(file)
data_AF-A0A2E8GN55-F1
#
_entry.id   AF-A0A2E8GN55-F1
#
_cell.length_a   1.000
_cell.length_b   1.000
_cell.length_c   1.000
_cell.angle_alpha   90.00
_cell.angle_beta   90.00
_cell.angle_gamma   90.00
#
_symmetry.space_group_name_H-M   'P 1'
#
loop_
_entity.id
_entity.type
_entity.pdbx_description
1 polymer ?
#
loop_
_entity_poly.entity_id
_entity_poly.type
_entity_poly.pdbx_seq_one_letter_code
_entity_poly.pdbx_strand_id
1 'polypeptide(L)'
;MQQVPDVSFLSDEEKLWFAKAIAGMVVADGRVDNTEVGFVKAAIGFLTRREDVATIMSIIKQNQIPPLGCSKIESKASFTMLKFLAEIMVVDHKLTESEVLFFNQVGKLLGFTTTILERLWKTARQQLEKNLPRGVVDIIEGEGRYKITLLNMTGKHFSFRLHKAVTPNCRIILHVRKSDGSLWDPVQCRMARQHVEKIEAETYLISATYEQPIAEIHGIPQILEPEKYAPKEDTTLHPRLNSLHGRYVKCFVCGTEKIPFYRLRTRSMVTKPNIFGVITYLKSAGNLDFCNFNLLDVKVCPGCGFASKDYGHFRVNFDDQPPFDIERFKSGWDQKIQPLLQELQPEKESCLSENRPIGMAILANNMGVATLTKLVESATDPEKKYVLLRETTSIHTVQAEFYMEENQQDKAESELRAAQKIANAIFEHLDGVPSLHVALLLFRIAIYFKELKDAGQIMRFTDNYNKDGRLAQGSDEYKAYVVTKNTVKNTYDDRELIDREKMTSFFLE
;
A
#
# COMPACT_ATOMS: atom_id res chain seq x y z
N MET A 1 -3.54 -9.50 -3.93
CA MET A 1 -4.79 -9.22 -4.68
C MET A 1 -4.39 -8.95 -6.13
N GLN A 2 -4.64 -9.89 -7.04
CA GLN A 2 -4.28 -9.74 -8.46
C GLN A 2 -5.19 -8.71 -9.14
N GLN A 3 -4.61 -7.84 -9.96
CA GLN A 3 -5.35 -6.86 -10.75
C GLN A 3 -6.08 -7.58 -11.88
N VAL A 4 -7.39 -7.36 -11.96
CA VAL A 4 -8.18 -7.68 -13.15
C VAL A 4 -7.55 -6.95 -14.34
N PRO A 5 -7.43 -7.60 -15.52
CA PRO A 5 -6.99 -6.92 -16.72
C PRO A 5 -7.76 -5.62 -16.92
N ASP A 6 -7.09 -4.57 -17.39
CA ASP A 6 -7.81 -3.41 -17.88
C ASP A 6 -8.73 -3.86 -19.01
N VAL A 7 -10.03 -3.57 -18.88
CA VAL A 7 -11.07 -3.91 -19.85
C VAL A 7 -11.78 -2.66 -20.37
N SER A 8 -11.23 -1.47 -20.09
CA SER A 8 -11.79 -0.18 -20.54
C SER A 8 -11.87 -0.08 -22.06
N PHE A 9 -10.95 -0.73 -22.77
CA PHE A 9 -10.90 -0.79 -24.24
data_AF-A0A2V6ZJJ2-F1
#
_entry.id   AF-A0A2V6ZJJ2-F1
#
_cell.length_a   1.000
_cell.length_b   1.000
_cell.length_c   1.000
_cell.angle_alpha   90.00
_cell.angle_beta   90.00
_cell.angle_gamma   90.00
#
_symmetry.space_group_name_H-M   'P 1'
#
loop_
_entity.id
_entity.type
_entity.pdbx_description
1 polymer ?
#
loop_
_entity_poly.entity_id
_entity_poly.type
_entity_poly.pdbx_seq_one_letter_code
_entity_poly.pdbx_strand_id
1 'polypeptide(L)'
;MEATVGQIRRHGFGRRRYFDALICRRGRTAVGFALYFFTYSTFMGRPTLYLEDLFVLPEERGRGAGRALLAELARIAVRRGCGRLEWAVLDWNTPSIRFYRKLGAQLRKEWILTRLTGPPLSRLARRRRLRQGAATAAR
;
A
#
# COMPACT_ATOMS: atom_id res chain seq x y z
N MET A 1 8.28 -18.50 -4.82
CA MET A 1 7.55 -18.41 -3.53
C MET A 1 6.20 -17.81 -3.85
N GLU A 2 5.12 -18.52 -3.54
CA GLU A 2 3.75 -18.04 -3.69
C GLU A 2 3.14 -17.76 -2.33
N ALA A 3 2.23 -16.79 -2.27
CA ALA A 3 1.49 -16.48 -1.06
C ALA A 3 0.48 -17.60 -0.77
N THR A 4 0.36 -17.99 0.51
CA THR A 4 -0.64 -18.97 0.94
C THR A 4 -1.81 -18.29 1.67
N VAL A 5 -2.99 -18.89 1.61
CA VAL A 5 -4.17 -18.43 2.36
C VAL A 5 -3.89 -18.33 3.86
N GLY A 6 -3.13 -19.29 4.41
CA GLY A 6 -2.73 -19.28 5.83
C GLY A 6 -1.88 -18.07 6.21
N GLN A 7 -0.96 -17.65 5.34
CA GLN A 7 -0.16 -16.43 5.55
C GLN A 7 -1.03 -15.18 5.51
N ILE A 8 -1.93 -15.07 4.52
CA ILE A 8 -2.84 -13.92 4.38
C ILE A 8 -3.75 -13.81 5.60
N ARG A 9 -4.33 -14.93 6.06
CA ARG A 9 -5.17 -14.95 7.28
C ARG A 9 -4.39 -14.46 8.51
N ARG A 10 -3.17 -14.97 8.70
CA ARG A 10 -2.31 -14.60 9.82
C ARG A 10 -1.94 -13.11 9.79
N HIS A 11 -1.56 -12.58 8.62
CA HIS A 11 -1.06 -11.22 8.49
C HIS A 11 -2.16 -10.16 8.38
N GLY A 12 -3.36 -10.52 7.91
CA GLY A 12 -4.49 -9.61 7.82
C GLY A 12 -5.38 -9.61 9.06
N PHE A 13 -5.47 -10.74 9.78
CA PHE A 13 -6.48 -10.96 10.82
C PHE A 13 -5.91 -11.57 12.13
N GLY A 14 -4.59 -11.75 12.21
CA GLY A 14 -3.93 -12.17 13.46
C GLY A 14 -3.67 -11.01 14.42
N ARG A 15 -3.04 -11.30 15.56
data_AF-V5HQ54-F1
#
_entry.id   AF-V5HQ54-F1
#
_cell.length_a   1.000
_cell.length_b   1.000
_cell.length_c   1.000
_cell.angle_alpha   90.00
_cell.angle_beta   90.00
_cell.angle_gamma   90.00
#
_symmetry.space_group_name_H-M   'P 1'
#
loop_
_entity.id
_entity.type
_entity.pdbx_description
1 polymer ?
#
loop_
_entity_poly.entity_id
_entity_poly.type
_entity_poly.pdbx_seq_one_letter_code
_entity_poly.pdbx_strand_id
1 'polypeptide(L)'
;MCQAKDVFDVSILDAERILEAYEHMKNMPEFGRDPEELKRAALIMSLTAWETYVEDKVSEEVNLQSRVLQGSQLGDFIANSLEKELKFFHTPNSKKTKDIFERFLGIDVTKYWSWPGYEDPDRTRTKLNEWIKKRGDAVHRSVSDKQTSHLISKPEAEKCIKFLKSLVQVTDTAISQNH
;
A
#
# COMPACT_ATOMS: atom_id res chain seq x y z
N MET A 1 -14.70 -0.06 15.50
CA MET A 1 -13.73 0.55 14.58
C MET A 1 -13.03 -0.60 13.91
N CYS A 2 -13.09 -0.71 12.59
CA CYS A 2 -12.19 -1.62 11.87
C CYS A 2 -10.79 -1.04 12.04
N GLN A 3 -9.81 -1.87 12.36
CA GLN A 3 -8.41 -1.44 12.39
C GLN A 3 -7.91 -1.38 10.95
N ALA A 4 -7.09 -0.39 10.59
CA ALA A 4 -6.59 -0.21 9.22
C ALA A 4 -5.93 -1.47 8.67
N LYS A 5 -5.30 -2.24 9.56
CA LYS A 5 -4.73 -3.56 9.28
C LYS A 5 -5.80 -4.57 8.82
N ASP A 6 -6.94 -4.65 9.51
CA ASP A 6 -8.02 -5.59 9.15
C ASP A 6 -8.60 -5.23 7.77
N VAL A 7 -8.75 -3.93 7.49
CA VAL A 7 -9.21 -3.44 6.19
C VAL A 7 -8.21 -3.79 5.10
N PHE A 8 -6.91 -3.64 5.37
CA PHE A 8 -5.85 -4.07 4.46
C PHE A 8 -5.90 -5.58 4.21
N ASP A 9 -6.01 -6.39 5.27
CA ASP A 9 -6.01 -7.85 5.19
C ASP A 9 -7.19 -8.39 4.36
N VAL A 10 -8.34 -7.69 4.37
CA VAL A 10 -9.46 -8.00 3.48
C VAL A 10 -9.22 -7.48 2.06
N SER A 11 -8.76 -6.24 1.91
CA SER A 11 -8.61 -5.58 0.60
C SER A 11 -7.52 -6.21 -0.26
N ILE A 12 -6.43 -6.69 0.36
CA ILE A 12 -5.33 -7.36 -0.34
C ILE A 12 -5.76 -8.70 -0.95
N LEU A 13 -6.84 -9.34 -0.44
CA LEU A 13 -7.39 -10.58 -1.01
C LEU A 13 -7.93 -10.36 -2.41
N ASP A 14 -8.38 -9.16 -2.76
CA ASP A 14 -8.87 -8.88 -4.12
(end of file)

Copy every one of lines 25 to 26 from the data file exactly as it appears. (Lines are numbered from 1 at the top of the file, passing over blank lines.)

1 'polypeptide(L)'
;MQQVPDVSFLSDEEKLWFAKAIAGMVVADGRVDNTEVGFVKAAIGFLTRREDVATIMSIIKQNQIPPLGCSKIESKASFTMLKFLAEIMVVDHKLTESEVLFFNQVGKLLGFTTTILERLWKTARQQLEKNLPRGVVDIIEGEGRYKITLLNMTGKHFSFRLHKAVTPNCRIILHVRKSDGSLWDPVQCRMARQHVEKIEAETYLISATYEQPIAEIHGIPQILEPEKYAPKEDTTLHPRLNSLHGRYVKCFVCGTEKIPFYRLRTRSMVTKPNIFGVITYLKSAGNLDFCNFNLLDVKVCPGCGFASKDYGHFRVNFDDQPPFDIERFKSGWDQKIQPLLQELQPEKESCLSENRPIGMAILANNMGVATLTKLVESATDPEKKYVLLRETTSIHTVQAEFYMEENQQDKAESELRAAQKIANAIFEHLDGVPSLHVALLLFRIAIYFKELKDAGQIMRFTDNYNKDGRLAQGSDEYKAYVVTKNTVKNTYDDRELIDREKMTSFFLE